I wish to protest against the tendentious misinformation in John C. Brown's "Sri Lankan monks cement spiritual ties (PPP July 15-28, 1994, page 24).
A reasonable reader would assume that the language used by Brown to situate the Venerable Wipulasara's first visit to Cambodia, "more than 10 years ago", referred to the period around 1981-1983.
It is not true to state that at that time "houses were not inhabited ... there did not appear to be anyone in the city. Phnom Penh was like a ghost town".
Neither was it true that when "people saw a military truck, they would "run and hide". Nor, at that time, could the Venerable have seen that "bank notes were scattered on the ground like leaves" in front of the National Bank; and those who "saw no monks at all" could only have been blind.
In 1981, on my first visit to Cambodia after the DK period, when I observed a situation which falsifies the above noted statements, there was no problem in finding an English interpreter for people who had come to Cambodia as journalists or travelers, and someone with access to visit Heng Samrin, which I did not have, would have had an even easier time. The government would not have needed to "broadcast an appeal for someone who spoke English", nor would English speakers, in that situation, have been afraid.
The only time in the history of the PRK/SOC when the situation described by Wipulasara prevailed was in the first months of the new regime in 1979.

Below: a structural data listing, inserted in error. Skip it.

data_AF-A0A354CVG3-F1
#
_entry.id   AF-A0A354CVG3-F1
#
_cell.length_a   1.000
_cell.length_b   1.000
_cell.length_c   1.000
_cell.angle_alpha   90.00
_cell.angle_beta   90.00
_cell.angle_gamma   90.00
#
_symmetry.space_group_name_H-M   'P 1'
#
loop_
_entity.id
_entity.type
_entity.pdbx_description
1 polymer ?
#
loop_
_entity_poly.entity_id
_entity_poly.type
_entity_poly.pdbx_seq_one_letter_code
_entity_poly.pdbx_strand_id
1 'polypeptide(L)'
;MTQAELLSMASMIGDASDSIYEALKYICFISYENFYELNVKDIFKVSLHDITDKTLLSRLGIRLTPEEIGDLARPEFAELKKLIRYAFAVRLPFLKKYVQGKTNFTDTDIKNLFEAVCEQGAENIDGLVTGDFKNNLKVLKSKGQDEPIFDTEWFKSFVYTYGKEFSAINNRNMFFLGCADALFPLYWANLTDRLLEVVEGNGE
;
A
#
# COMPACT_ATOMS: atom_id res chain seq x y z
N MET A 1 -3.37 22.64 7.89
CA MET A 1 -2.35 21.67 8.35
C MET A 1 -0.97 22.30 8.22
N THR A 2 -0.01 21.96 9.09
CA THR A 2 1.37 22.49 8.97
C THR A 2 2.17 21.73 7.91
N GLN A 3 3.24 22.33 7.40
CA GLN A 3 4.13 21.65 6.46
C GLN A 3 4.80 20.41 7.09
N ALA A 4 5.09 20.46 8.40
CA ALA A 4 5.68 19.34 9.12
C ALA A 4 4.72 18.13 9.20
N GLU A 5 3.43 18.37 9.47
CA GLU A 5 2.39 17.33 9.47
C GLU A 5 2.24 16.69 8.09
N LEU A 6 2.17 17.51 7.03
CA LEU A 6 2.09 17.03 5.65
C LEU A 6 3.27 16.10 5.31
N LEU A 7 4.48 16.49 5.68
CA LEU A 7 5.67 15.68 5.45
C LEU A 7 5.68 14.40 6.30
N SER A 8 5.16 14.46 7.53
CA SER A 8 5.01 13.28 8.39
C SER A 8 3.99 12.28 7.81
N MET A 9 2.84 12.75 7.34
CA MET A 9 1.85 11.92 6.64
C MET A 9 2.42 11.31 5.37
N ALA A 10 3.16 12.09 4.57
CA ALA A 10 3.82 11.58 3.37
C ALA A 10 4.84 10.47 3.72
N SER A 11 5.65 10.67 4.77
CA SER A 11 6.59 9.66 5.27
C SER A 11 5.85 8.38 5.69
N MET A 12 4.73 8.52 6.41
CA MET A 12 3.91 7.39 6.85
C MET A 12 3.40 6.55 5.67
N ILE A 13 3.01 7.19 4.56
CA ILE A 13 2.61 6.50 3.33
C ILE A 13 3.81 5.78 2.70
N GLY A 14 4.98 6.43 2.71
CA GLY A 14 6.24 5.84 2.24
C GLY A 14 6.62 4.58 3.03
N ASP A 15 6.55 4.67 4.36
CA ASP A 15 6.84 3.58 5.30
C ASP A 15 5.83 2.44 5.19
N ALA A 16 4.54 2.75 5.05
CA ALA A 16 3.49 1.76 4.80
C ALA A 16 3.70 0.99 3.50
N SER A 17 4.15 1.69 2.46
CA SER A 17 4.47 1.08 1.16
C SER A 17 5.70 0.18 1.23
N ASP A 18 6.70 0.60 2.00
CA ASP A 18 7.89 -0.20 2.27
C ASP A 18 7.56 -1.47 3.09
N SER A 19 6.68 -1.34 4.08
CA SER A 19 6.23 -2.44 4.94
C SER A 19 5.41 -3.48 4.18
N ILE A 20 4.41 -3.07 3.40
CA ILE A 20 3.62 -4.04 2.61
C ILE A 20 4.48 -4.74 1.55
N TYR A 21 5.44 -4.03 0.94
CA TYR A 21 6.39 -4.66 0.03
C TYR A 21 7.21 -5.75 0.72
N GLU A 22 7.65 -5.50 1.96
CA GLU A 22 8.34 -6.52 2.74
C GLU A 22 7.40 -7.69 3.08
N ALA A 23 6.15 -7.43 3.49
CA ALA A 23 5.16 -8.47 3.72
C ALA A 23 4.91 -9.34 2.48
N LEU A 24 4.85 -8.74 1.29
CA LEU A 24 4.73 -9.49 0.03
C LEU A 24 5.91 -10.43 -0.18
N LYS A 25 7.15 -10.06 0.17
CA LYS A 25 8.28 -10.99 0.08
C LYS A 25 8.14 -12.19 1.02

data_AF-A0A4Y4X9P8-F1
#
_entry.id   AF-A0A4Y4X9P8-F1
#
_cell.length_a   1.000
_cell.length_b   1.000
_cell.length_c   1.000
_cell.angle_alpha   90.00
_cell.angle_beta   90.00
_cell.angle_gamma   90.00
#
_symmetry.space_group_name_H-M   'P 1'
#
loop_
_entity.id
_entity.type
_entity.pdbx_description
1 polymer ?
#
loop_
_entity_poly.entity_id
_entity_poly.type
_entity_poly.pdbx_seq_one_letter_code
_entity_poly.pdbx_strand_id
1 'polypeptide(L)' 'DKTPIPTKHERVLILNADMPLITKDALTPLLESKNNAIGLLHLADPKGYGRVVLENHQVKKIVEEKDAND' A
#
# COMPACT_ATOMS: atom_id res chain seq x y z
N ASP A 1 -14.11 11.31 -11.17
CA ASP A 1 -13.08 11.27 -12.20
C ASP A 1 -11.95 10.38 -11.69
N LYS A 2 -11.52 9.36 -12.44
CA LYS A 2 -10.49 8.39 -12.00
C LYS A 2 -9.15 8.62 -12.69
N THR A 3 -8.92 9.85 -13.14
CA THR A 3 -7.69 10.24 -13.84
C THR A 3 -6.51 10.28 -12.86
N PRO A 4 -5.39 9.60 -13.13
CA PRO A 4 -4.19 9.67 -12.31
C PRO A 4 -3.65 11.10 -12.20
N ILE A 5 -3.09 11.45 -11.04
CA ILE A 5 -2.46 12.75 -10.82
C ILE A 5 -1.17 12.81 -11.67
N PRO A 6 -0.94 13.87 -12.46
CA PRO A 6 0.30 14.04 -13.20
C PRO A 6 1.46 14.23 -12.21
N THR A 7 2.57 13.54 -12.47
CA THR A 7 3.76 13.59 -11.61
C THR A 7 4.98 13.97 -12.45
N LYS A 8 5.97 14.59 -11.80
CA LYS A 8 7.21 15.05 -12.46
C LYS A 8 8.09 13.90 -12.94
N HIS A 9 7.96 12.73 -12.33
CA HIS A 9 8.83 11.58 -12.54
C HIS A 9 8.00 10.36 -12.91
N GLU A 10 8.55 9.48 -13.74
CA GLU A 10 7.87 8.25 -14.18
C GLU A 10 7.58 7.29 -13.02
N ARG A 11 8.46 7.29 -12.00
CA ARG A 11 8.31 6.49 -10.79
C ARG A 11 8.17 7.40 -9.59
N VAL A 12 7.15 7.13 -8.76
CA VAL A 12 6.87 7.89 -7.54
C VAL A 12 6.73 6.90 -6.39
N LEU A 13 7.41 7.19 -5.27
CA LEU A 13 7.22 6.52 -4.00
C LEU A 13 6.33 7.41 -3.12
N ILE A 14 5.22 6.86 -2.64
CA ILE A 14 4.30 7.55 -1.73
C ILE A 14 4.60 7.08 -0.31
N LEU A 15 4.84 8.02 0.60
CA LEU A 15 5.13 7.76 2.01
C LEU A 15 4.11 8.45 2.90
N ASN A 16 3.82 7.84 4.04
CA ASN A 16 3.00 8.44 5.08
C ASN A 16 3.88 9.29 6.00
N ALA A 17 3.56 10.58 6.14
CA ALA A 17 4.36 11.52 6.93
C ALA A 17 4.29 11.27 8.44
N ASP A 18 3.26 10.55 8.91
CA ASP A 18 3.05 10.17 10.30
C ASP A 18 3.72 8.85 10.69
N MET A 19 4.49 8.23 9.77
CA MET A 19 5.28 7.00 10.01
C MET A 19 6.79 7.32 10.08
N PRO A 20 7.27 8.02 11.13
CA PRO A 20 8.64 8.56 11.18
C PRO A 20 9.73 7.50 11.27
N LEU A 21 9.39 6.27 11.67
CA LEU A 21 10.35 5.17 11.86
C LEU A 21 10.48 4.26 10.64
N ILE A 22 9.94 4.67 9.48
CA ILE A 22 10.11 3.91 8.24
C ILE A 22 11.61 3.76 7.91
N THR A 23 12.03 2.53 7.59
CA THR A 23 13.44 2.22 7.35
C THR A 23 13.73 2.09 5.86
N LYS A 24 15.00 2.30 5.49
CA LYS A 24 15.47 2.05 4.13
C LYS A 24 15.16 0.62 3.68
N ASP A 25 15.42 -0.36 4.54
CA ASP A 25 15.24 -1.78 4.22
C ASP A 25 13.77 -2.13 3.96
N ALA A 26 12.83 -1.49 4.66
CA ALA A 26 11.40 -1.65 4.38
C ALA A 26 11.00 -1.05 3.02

Even by 1980, when acquaintances of mine visited Cambodia, it was no longer true, and by 1981, the true situation compared to Wipulasara's story was as day to night.
Wipulasara's photo does not suggest that he is senile, and he must surely remember the year date of his first visit to Cambodia. Did he deliberately obfuscate in order to diminish the achievement of the PRK, or is the obfuscation Brown's, for obfuscation there certainly is?
I realize that Phnom Penh Post has renounced all pretension to be a reliable news organ in its eagerness to make anti-CPP propaganda, but still the carelessness in this article is surprising.
It is likely that Wipulasara's visit was really in 1979, and thus his impressions quite inaccurate with respect to subsequent years, for otherwise he could hardly observe that "on this visit it was wonderful to see how well Cambodia has recovered from those difficult days".
For those who saw Cambodia just ten years ago, the situation now, with rampant gun-carrying, traffic jams, prostitution, wealth gaps, and general social breakdown, represents a decline, and Wipulasara seems to project a quite un-monkly fascination for crude materialistic pretension, main characteristic of most of the development which differentiates 1994 from 1984.
On another tack, should the involvement of Sri Lankan monks in Cambodian Buddhism be welcomed, given their apparent fascination with crude capitalist materialism, and also given their equivocal record, as supporters of chauvinistic violence, in the ethnic civil war in their own country?
- Michael Vickery, Penang, Malaysia